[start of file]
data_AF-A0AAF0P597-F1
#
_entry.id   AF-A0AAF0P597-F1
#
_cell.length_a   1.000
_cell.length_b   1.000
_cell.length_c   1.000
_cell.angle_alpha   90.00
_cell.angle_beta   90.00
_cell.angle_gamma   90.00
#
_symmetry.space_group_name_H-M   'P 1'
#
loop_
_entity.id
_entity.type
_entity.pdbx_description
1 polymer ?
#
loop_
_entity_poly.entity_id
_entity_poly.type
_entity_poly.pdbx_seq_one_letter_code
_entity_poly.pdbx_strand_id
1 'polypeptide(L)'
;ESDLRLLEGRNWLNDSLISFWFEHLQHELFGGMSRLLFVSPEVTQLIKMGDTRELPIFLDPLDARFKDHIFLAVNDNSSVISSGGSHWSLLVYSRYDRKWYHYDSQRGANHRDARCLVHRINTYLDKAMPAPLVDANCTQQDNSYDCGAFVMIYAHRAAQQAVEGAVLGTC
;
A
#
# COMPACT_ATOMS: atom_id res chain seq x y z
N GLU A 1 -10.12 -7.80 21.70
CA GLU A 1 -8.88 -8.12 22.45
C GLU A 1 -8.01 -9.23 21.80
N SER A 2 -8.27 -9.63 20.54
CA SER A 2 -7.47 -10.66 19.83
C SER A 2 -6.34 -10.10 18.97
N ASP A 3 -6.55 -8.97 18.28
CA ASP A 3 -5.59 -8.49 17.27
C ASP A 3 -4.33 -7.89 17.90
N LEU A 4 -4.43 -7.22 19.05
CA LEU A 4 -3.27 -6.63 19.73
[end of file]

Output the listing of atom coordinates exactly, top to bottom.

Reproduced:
data_AF-A0AAF0P597-F1
#
_entry.id   AF-A0AAF0P597-F1
#
_cell.length_a   1.000
_cell.length_b   1.000
_cell.length_c   1.000
_cell.angle_alpha   90.00
_cell.angle_beta   90.00
_cell.angle_gamma   90.00
#
_symmetry.space_group_name_H-M   'P 1'
#
loop_
_entity.id
_entity.type
_entity.pdbx_description
1 polymer ?
#
loop_
_entity_poly.entity_id
_entity_poly.type
_entity_poly.pdbx_seq_one_letter_code
_entity_poly.pdbx_strand_id
1 'polypeptide(L)'
;ESDLRLLEGRNWLNDSLISFWFEHLQHELFGGMSRLLFVSPEVTQLIKMGDTRELPIFLDPLDARFKDHIFLAVNDNSSVISSGGSHWSLLVYSRYDRKWYHYDSQRGANHRDARCLVHRINTYLDKAMPAPLVDANCTQQDNSYDCGAFVMIYAHRAAQQAVEGAVLGTC
;
A
#
# COMPACT_ATOMS: atom_id res chain seq x y z
N GLU A 1 -10.12 -7.80 21.70
CA GLU A 1 -8.88 -8.12 22.45
C GLU A 1 -8.01 -9.23 21.80
N SER A 2 -8.27 -9.63 20.54
CA SER A 2 -7.47 -10.66 19.83
C SER A 2 -6.34 -10.10 18.97
N ASP A 3 -6.55 -8.97 18.28
CA ASP A 3 -5.59 -8.49 17.27
C ASP A 3 -4.33 -7.89 17.90
N LEU A 4 -4.43 -7.22 19.05
CA LEU A 4 -3.27 -6.63 19.73